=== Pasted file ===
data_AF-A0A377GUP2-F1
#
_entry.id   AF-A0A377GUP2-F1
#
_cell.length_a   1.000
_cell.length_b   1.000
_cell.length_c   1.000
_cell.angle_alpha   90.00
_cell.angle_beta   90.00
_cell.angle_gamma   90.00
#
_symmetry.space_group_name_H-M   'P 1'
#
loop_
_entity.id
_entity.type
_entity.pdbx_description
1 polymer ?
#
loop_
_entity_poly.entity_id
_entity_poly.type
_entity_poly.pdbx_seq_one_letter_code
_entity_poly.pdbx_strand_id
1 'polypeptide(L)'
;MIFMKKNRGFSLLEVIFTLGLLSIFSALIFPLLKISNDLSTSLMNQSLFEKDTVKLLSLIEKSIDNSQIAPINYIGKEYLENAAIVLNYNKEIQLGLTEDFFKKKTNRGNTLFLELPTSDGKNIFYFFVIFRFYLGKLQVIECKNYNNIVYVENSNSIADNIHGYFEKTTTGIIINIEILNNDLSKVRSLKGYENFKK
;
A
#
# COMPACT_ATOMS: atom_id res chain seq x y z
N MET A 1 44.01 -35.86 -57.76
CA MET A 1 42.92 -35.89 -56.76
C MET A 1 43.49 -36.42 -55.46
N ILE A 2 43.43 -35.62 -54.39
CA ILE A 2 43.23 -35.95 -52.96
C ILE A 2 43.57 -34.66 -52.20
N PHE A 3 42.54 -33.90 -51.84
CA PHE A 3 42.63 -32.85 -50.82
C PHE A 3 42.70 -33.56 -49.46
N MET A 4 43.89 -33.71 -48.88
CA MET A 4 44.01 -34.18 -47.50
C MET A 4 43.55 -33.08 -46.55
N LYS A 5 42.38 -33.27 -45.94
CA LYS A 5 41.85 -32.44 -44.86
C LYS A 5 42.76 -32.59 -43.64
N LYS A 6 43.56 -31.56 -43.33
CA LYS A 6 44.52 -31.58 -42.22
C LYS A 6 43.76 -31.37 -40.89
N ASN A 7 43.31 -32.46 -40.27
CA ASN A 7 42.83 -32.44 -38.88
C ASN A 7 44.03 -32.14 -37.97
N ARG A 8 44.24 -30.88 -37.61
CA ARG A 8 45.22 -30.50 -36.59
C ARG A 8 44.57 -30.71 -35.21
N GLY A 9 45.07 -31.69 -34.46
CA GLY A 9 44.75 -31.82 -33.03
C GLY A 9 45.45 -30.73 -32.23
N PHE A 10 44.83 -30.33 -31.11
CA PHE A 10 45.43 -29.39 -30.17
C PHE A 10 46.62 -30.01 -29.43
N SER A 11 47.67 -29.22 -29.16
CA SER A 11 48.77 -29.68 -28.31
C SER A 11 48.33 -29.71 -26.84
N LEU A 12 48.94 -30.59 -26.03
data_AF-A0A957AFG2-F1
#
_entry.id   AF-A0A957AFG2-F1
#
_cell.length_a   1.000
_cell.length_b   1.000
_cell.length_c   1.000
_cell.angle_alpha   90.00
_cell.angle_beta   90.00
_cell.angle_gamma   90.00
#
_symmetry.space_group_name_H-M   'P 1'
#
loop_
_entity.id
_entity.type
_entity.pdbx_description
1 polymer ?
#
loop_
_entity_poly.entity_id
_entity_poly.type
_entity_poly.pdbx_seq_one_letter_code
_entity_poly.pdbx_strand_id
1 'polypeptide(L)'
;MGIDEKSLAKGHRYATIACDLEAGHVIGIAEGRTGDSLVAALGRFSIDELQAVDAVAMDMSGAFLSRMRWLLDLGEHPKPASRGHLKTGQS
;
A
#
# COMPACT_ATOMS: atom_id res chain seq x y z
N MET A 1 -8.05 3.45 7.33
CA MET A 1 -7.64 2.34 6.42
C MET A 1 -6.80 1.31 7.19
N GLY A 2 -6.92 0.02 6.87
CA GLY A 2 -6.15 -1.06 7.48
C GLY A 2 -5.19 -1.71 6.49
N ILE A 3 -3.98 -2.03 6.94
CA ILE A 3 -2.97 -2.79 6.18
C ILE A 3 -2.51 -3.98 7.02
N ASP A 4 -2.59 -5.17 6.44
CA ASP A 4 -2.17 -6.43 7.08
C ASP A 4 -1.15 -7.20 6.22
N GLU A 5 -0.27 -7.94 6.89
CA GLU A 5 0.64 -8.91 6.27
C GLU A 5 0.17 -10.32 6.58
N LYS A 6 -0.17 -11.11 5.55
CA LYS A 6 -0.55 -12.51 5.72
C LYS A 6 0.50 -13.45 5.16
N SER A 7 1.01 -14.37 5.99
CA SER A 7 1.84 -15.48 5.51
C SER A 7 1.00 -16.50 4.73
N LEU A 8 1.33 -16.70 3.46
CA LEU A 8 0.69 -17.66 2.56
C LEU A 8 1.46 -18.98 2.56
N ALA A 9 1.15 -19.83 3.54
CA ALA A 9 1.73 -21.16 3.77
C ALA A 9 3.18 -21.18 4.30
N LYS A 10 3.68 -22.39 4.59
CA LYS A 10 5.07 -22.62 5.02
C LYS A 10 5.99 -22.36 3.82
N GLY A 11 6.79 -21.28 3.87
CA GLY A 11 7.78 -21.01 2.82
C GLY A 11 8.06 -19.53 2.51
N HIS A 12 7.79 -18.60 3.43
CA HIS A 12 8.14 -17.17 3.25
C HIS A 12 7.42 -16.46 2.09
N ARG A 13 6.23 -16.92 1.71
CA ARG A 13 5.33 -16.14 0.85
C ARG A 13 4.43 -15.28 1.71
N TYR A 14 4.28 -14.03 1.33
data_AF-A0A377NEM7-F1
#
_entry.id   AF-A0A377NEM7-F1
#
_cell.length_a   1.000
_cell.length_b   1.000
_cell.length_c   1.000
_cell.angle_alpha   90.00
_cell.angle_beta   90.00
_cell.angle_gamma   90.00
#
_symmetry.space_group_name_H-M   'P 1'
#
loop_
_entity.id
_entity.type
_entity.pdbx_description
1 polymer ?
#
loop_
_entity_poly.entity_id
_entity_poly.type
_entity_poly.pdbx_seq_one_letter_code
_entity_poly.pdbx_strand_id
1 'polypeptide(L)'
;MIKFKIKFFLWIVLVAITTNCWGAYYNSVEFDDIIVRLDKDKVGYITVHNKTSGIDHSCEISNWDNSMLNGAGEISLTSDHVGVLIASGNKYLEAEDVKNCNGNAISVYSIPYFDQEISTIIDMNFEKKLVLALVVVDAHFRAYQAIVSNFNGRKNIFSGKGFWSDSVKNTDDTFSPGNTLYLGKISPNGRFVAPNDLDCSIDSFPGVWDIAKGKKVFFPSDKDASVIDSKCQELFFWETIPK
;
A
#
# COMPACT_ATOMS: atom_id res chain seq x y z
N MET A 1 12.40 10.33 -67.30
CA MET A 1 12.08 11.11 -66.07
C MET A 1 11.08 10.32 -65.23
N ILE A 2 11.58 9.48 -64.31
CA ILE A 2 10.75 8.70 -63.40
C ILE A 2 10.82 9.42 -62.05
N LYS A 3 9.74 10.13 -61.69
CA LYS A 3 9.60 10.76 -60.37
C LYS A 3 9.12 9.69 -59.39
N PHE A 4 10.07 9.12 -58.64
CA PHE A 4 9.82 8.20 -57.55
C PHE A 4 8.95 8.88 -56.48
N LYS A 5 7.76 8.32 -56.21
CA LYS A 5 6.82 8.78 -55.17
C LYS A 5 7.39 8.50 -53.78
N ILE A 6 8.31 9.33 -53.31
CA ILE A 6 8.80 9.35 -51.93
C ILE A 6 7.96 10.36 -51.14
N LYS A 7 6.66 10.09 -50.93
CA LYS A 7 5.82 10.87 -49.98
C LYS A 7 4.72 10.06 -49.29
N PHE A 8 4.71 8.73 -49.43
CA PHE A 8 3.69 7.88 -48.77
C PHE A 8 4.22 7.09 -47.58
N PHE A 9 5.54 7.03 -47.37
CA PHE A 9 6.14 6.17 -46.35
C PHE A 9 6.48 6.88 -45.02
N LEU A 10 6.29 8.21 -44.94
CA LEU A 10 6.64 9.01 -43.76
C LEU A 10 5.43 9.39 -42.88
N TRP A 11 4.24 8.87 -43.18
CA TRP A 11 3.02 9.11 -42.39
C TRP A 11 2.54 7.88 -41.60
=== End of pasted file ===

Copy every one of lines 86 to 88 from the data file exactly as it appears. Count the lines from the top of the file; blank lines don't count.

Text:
_entity_poly.type
_entity_poly.pdbx_seq_one_letter_code
_entity_poly.pdbx_strand_id